A Temple Is Not A Temple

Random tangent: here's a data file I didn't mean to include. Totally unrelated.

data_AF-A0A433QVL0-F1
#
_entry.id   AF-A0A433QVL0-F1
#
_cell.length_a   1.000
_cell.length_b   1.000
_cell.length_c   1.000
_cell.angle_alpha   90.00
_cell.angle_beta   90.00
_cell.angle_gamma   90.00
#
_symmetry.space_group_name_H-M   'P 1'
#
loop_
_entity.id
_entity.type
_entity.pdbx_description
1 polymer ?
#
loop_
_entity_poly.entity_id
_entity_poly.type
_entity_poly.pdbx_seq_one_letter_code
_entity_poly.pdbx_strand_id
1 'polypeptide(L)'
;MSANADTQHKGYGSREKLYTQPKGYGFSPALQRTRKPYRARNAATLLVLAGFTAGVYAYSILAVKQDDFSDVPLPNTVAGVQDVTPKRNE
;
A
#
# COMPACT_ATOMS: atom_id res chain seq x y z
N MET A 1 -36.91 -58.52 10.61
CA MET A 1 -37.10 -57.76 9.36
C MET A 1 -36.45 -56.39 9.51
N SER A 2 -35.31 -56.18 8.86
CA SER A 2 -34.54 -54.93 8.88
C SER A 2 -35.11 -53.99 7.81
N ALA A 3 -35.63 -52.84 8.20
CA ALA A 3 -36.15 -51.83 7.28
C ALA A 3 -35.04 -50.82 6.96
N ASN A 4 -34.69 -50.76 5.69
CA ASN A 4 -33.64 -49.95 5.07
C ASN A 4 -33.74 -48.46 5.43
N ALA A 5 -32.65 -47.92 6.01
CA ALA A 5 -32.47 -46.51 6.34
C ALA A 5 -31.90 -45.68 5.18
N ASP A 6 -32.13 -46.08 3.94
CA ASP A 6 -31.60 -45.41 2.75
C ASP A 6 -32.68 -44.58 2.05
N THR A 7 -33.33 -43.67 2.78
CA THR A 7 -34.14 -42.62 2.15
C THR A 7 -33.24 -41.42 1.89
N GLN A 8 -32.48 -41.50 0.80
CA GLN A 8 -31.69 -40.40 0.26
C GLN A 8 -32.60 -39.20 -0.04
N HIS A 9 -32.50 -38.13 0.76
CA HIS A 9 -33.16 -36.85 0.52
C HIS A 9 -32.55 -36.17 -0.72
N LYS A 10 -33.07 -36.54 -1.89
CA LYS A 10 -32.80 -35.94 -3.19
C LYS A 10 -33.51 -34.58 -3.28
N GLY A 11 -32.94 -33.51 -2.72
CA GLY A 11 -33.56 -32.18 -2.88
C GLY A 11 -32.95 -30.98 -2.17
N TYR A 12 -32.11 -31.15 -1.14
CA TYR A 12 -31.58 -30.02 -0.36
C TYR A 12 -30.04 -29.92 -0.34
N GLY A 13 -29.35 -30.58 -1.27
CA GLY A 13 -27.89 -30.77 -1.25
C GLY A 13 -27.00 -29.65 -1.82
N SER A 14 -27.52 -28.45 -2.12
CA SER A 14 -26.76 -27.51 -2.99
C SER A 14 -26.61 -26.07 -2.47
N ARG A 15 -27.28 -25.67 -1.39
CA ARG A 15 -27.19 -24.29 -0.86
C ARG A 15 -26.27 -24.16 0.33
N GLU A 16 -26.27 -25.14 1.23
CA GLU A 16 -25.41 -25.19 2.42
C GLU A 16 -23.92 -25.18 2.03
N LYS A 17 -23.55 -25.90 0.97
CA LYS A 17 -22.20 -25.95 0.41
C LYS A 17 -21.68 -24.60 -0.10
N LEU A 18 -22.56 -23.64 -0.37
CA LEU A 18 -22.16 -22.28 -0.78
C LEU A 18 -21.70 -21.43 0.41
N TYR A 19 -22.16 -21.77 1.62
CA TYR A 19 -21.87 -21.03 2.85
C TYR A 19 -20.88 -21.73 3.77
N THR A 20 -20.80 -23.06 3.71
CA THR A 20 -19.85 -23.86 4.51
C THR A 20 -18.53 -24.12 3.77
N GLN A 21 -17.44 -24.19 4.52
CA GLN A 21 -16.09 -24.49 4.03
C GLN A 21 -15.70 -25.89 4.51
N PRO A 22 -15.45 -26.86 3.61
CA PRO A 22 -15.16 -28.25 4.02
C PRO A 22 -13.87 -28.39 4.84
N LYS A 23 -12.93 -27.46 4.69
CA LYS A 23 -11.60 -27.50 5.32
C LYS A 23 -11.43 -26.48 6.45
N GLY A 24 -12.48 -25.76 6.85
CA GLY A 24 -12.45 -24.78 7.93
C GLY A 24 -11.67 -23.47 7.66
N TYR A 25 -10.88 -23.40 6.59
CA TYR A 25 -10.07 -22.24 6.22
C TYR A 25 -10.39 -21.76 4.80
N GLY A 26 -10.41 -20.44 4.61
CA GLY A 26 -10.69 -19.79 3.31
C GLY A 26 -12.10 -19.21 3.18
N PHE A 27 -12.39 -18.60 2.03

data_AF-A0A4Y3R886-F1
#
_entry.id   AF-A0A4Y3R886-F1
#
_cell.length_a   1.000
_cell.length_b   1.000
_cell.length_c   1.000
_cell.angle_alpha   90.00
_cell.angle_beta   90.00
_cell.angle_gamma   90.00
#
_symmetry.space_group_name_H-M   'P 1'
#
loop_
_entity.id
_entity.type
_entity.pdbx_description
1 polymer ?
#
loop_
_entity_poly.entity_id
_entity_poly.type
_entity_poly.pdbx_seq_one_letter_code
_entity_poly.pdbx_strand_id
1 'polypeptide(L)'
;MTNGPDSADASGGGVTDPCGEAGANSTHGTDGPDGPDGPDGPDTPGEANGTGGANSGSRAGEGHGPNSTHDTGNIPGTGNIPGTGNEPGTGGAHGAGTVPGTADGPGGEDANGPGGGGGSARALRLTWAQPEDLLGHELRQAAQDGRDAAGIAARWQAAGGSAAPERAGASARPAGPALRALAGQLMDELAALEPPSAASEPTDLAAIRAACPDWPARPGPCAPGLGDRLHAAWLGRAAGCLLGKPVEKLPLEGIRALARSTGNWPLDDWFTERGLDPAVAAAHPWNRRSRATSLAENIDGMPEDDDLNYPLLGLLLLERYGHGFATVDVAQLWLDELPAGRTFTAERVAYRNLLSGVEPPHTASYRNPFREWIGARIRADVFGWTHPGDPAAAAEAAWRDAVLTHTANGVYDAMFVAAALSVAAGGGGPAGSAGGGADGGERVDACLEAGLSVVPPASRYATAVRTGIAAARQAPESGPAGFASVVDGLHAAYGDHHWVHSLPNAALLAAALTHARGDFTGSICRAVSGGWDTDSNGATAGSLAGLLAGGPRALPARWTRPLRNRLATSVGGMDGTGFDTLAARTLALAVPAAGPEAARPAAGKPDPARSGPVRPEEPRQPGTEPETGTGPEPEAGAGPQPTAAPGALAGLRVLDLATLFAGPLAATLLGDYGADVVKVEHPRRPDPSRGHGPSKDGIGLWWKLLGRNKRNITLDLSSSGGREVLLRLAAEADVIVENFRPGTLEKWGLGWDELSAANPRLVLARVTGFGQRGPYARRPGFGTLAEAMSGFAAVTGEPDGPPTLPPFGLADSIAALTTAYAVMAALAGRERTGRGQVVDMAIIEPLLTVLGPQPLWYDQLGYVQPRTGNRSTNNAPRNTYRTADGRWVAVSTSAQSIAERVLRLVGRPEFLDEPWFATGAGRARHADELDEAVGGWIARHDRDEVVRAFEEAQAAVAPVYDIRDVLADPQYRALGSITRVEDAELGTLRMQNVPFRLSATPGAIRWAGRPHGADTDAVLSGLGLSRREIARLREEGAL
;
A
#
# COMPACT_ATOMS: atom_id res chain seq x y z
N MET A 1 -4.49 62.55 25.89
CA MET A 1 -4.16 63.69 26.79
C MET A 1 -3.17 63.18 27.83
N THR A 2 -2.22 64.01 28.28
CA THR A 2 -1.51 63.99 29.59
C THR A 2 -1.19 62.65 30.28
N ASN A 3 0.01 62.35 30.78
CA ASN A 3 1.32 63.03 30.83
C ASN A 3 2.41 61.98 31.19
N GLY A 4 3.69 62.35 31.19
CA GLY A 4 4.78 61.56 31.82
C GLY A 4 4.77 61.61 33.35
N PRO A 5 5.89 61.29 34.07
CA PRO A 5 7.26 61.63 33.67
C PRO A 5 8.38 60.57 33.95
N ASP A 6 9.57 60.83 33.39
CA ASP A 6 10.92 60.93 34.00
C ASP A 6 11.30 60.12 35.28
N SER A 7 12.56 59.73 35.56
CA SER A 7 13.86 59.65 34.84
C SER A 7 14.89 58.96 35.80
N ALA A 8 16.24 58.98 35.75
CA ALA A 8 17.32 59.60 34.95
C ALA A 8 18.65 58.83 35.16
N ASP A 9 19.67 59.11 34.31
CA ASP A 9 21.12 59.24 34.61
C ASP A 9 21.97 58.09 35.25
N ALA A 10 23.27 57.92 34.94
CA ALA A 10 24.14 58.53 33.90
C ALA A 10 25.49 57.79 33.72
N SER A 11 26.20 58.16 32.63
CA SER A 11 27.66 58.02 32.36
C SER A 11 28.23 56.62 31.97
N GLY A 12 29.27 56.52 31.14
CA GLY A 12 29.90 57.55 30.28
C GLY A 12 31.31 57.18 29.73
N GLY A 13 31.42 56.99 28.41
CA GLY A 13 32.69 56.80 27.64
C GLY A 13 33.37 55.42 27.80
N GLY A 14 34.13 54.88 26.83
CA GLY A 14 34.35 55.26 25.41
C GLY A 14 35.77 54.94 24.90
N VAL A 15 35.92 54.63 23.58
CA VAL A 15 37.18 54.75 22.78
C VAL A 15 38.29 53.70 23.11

Speaking of Church buildings, God has clearly stated for the past 2,000 years that He does not “live” in buildings constructed by human beings. True, in the Old Covenant era before the coming of Jesus, God did live temporarily in various tabernacles and temples he commanded to be built. But those structures of the Old Covenant era were merely object lessons, temporary “pictures” God used to teach how he related to people. He made it very clear throughout that era that for him to live in buildings was merely temporary. During Jesus’ life and times the Old Covenant era closed and the New Covenant era was ushered in; under the New Covenant, God no longer lived in buildings in any way, shape or form. Instead, he made it abundantly clear that humans were the temple of God—that his living presence is fully manifest in humans (individually and corporately), not in buildings. Nevertheless, there is a deeply rooted mindset among most Jesus believers that we must gather together in special church buildings in order to worship, minister, and serve God. That is such a deeply held belief that even when people acknowledge that God does not live in buildings constructed by humans, in most cases one hears a “Yes, but . . . ” Friends, there is no “Yes, but . . . ” God no longer lives in buildings made by humans. Period!